FIG. 7 shows an embodiment using a segmented flange 52 with an interlocking geometry including an intermediate locking ring 57. This locking ring 57 can be applied as wet ceramic paste to both the inner surface 34 of the outer joining portion 32 and the outer surface 40 of the inner joining portion 38 prior to joining. It fills annular depressions in both of these surfaces, and merges into a single ring of material during joining and firing. Shrinkage in the locking ring 57 material during firing is accommodated by shrinkage in the compression ring 54, reducing internal cracking in the locking ring 57 material. The locking ring 57 eliminates any possibility of separation or relative slippage between the parts in the direction of the longitudinal axis of cylinder 50. If the flange is a multi-part type, the locking ring 57 can be pre-formed as a multi-part ring for assembly around the inner joining portion 38 during the joining step.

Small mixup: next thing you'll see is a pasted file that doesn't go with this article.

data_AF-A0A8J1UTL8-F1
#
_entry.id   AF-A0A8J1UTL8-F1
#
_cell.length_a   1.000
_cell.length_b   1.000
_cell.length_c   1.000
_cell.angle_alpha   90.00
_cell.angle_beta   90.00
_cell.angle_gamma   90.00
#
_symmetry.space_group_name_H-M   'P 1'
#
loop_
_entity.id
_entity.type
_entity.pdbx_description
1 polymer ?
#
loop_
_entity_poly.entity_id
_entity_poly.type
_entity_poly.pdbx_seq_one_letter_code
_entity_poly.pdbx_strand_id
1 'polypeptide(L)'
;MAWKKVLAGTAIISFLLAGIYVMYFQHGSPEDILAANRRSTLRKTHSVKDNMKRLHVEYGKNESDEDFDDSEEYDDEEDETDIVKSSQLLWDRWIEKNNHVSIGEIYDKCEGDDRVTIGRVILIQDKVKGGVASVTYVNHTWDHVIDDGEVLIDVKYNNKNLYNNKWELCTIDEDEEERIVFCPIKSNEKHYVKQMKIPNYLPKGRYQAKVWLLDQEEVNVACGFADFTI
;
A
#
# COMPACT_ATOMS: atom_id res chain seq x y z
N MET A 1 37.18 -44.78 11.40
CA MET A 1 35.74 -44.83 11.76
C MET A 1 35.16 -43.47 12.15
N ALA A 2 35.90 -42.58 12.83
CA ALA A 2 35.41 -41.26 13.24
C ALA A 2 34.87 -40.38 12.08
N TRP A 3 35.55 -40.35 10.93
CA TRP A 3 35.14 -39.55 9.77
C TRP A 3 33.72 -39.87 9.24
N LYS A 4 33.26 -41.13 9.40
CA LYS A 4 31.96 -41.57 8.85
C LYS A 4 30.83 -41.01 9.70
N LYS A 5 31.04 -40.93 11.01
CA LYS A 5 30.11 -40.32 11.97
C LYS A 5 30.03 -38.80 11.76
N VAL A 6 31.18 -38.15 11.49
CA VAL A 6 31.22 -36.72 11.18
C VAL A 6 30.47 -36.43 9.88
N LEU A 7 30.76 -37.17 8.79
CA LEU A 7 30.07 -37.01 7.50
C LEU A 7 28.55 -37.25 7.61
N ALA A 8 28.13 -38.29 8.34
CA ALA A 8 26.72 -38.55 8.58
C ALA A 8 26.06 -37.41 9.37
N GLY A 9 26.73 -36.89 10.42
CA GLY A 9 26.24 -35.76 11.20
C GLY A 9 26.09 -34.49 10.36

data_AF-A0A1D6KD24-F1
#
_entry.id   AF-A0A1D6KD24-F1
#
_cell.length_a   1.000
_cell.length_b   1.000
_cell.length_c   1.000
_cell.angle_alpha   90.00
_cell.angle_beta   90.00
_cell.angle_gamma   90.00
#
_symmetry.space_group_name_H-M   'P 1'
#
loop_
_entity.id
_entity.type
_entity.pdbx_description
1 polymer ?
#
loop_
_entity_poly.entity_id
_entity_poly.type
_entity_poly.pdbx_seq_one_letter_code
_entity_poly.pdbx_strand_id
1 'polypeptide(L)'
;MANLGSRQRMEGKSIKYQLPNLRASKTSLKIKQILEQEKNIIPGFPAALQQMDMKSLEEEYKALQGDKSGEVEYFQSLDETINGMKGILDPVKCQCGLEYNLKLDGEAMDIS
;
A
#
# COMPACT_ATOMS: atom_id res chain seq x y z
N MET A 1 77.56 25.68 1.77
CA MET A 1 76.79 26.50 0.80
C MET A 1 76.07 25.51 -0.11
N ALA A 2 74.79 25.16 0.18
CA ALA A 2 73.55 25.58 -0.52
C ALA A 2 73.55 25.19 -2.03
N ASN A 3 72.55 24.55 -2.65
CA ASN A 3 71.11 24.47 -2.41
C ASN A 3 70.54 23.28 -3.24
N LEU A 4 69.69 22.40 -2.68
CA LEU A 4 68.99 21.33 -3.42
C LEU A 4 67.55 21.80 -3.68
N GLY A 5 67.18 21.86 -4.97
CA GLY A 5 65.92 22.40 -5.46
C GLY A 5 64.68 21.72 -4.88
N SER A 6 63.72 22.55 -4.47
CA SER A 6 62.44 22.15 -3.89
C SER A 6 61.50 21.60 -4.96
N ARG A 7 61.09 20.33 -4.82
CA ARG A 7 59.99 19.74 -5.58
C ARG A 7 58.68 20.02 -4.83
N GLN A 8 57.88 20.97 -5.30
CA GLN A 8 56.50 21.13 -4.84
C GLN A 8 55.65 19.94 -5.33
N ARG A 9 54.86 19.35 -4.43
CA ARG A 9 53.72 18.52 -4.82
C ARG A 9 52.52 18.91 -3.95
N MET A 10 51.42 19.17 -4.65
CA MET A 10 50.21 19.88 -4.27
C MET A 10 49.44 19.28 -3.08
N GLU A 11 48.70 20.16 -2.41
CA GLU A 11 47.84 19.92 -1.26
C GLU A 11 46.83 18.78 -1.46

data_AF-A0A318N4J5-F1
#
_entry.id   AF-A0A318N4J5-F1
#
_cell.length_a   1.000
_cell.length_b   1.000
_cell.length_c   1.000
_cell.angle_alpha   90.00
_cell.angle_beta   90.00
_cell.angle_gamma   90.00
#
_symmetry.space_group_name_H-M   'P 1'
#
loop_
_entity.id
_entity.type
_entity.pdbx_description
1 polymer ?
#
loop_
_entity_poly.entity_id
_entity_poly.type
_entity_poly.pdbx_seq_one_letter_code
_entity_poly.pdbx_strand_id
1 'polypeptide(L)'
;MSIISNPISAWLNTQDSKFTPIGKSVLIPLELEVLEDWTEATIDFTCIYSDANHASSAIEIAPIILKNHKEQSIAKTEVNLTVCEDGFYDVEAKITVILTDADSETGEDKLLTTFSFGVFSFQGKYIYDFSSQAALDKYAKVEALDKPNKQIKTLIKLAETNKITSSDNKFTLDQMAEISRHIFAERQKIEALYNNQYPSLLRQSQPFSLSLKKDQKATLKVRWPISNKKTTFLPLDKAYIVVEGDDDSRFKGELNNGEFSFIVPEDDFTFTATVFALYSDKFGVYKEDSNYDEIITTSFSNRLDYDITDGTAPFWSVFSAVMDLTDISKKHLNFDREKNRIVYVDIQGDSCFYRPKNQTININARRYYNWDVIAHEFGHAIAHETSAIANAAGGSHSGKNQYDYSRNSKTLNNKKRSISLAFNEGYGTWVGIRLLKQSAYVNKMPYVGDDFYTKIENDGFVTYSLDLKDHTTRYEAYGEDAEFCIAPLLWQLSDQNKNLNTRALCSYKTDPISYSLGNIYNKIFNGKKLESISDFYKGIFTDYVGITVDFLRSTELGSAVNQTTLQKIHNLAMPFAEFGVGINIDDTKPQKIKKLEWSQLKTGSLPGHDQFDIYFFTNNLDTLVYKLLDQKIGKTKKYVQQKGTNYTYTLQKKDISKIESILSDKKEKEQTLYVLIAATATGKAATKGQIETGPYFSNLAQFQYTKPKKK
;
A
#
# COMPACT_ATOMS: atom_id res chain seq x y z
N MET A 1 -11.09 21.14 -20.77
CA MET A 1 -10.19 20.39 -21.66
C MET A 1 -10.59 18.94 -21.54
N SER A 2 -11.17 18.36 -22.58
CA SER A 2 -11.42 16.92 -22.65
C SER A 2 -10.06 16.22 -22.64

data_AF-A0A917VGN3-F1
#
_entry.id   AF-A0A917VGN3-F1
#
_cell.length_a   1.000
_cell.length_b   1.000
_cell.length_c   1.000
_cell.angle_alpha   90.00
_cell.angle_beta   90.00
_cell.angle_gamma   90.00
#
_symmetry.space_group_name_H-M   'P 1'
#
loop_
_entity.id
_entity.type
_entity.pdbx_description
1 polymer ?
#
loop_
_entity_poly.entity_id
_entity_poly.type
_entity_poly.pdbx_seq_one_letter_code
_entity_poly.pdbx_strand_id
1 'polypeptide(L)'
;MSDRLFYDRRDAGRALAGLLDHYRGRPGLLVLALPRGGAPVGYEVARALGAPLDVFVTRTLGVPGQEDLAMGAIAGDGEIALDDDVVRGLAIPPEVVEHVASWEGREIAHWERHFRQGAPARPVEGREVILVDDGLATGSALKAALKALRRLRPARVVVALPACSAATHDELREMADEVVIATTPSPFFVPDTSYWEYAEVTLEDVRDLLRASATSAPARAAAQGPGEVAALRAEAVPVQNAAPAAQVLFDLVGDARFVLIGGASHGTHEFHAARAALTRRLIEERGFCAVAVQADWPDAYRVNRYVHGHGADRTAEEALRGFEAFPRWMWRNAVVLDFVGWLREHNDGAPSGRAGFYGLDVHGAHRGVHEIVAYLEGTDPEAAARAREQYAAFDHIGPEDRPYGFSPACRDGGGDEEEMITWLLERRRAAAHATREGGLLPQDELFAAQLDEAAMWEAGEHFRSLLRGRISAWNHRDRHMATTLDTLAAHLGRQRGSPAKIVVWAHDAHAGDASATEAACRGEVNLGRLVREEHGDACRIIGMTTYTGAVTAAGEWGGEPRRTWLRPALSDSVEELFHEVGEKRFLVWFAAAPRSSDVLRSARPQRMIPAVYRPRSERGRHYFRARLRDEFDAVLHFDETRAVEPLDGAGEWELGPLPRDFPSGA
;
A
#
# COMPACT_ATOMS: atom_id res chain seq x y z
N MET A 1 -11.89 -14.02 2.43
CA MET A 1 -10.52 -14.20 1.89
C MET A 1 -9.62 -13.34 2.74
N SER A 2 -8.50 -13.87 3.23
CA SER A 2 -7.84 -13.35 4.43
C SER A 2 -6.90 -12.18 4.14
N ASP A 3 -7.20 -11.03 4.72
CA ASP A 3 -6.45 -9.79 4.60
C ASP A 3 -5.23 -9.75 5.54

The ceramics utilized for the CMC materials in the joined parts may be oxide or non-oxide materials, for example alumina, mullite, silicon carbide, etc. The CMC compression ring 54 windings can be made with fibers other than those in the cylinder 50 or flange 52 pieces. Fibers with higher shrinkage, such as Nextel® 610 fibers (alumina) can be used in the compression ring versus Nextel® 720 fibers (alumina/mullite) typically used for the other parts. The higher shrinkage of the compression ring fibers imparts an even greater amount of prestress to the joint. Furthermore, the alumina fibers exhibit a greater coefficient of thermal expansion than do the alumina/mullite fibers, thereby imparting an additional amount of prestress as a result of the differential thermal expansion between the two types of fibers. The amount of prestress created by the drying shrinkage, the firing shrinkage and the thermal expansion of the mating parts can be selected to achieve a desired degree of prestress for both cold and hot conditions for any particular application. In one test embodiment, it was found that the combination of stresses imposed by drying and firing shrinkage and by differential thermal expansion was actually too high and resulted in an overstress condition in a CMC material containing Nextel® 610 fibers that were wet wrapped around a fully fired CMC member containing Nextel® 720 fibers. In order to reduce the level of prestress in such an embodiment, the Nextel® 610 fibers could be wet wrapped around a green body CMC member containing Nextel® 720 fibers, for example.